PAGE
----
This malaise might be defined as the condition whereby the power of a great nation no longer works from the bottom up, through the character, work, and creativity of its people, but from the top down via: a) an increasingly all-powerful oligarchy of the rich; and b) bureaucracies that have so stifled people with taxes, laws, rules, and regulations that the average person can scarcely breathe without being written up, fined, investigated, spied on, or imprisoned.

Life in these United States is increasingly becoming a purgatory where the average person pays almost half his or her income in federal, state, or local taxes; is swamped at his job or profession by government rules and paperwork, especially if he works in such fields as health care or education; has seen the costs of housing, gasoline, insurance, medical treatment, and now even food, skyrocket; must borrow huge amounts of money to educate his children, buy a home, or even pay for necessities like groceries; and where families must work at several jobs just to break even. And all this was before the recession with home foreclosures and more job loss picking up steam.

But again, why is it happening and could either Clinton or Obama—or any president—do anything about it?

The times are reminiscent of the run-up to the Great Depression, where buying of stocks on margin was rampant, there were real estate bubbles similar to the one today, and the financial oligarchy, holding onto power through its association with the Republican Party, was the dominant force in society.

Today it’s again the financial oligarchy which rules.

During recent decades, particularly since the presidency of Ronald Reagan, it’s been these oligarchs, presiding from a financial industry that was drastically deregulated, who have wrecked America’s manufacturing economy, exported millions of our best jobs, and ruined small business and family farming by turning over huge segments of the economy to the globalist corporations they control, even as our own domestic economy continues to crumble.

The oligarchs are in charge of the large oil companies and have influenced the mortgaging of our nation’s foreign policy to a permanent alliance with the nation of Israel and to the monumentally destructive and expensive attempt to conquer the Middle East by force of arms.

The oligarchs make fabulous sums of money through control of the military industrial complex, by encouraging war as the chief instrument of foreign policy, and by acting as the world’s leading weapons developer and exporter.

Meanwhile they dodge taxes and ignore their own financial responsibilities for the welfare of the nation while prevailing on the Bush administration to send the sons and daughters of the poor abroad to die for their profits.

The oligarchs are in charge of the big banks. They act through the system of lending overseen by the Federal Reserve and control our lending-based monetary system which has plunged the nation into debt to the tune of almost fifty trillion dollars.

It’s been these same oligarchs who have abused the privilege of fractional reserve banking by creating such huge credit fiascos as the housing bubble, and by funding asset inflation and speculation through leveraging of equity, hedge, and derivative funds. The destructive nature of this speculation was shown in recent days by the insolvency of Carlyle Capital. J.P. Morgan and other huge banks created loans “out of thin air” to allow Carlyle to buy up businesses. Now that Carlyle has defaulted the banks have become the owners of these businesses. It’s theft on a grand scale with the victims being the people who work for the companies which are the pawns in the financiers’ game.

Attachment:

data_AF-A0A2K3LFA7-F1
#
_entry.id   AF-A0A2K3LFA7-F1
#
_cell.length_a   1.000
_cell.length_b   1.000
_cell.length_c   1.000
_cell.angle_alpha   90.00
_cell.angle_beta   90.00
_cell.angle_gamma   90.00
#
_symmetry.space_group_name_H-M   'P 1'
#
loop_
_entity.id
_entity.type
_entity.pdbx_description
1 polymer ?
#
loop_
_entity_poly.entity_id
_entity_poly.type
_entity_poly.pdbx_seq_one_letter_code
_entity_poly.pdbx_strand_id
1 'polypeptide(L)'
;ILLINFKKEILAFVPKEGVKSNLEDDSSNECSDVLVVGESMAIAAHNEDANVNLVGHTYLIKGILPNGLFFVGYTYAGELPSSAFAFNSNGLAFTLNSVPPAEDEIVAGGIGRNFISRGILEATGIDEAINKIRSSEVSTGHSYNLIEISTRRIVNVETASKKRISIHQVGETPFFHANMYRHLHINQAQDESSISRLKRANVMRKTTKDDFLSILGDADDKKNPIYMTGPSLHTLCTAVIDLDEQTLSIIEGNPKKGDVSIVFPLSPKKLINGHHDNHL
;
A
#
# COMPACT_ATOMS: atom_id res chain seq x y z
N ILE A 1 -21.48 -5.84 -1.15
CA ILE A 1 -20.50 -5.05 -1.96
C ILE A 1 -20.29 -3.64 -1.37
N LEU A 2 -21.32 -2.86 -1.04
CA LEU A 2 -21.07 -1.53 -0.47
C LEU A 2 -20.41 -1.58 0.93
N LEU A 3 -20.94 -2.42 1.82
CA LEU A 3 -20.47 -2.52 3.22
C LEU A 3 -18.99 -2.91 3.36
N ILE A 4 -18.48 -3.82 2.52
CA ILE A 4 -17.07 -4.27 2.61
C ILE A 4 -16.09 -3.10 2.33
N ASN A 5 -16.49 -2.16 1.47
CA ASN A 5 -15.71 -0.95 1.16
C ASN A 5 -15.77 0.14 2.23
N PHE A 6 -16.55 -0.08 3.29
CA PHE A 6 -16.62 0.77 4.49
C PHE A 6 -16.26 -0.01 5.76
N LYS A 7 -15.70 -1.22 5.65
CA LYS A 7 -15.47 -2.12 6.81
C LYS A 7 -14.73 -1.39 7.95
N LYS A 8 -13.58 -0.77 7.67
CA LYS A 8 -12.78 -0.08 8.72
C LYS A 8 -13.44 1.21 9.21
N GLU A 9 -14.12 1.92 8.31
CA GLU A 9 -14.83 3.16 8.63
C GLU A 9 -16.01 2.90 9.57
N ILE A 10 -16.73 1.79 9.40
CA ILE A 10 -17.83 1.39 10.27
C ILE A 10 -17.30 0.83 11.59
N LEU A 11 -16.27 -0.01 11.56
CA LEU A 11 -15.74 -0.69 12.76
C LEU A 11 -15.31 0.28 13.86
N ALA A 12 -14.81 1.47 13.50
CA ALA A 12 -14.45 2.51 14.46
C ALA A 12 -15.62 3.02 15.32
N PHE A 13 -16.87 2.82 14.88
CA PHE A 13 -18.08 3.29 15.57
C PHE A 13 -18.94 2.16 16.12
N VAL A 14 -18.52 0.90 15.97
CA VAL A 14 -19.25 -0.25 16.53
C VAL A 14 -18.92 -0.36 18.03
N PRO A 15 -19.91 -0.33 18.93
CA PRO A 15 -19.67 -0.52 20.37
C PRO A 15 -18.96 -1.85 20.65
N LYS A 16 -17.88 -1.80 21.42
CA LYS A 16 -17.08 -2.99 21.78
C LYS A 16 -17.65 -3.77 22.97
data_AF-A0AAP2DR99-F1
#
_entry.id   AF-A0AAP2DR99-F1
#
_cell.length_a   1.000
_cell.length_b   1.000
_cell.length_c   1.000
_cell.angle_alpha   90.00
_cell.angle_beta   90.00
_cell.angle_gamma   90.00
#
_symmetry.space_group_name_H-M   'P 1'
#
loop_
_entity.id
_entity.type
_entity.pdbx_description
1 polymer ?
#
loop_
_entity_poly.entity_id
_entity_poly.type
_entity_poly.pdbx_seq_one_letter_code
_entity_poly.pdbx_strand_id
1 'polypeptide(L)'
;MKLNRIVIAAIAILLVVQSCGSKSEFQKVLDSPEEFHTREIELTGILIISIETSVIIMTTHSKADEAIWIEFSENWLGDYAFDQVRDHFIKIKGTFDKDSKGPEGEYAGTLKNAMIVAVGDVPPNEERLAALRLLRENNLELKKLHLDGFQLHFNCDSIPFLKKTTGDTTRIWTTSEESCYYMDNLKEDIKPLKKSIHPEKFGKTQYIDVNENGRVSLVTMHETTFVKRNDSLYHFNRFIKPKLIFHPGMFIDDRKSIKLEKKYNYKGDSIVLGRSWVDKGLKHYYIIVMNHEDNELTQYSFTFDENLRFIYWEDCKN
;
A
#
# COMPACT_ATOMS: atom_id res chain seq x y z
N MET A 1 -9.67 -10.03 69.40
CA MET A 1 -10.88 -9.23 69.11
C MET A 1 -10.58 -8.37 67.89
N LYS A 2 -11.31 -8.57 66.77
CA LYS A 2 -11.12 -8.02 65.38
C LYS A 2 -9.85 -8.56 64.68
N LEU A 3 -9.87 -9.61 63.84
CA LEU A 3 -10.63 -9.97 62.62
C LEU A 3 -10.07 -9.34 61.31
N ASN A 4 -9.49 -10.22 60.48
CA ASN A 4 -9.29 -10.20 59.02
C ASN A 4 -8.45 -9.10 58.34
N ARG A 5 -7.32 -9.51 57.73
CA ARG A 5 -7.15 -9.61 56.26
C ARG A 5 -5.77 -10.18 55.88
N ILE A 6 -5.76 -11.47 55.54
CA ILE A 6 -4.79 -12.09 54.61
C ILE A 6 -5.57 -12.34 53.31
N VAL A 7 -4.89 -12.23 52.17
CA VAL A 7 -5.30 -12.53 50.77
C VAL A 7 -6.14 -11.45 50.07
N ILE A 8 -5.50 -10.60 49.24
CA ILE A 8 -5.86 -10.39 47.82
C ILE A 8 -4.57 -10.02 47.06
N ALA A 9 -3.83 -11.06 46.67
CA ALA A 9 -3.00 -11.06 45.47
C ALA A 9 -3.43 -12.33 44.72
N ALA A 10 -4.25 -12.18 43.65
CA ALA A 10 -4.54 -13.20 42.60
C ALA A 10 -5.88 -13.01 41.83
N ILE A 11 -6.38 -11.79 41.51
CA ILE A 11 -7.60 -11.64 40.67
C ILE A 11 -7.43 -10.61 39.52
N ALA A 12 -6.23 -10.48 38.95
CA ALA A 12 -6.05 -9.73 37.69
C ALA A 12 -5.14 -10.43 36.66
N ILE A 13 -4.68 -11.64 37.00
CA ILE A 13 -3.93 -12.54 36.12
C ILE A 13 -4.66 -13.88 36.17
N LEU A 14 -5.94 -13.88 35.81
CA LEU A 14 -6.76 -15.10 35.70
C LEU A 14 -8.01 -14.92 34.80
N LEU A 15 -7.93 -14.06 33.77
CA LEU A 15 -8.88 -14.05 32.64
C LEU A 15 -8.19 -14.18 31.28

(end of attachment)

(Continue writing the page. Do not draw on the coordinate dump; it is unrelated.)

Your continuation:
Finally, since World War II it’s been the oligarchs, acting through such institutions as the International Monetary Fund or through currency speculation, who have subverted the economies of a legion of other nations in order to generate profits for themselves.

The rule of the oligarchs has relied on a string of weak presidents. Every president since John F. Kennedy, who was assassinated in 1963, has acquiesced in his own way. Johnson and Nixon appeased the investment bankers who were behind the military-industrial complex by waging the Vietnam War. Jimmy Carter was hand-picked by the Rockefeller-backed Trilateral Commission and began the deregulation of the financial industry which Reagan, Bush I, and Clinton carried forward. While Reagan was allowed to enjoy his movie star persona, he slashed taxes for the rich, ran up the largest federal deficits in history, and eliminated the government’s regulatory restraints on business consolidation and monopoly. Clinton, the pro-business Democrat, signed on to NAFTA and gave the financiers free rein while keeping the federal budget under control through reducing the government payroll. Today, George W. Bush, while priding himself on his determination and toughness as a “war president,” has been a total nonentity in the face of the lobbyists, corporate magnates, and bankers who have completed their takeover of the economy in a manner reminiscent of the division of rackets among Mafia crime families.

The question of whether anything can be done to avert the drift leaves us with the question of exactly where Hillary Clinton and Barack Obama now stand.

Certainly the fact that the two leading contenders for the Democratic Party nomination are a woman and an African-American is something historic in American politics. No one can doubt that. But is this relevant to the real issues?

While Obama leads in the delegate count, Clinton seems to be doing all she can to drag him down through what is appearing to be almost a “smear-and-fear” campaign. Still, supposing for a moment that the Clinton-Obama stalemate will not negate what should be the Democrats’ golden opportunity to retake the White House, let us ask how much of a difference would the election of either of them make?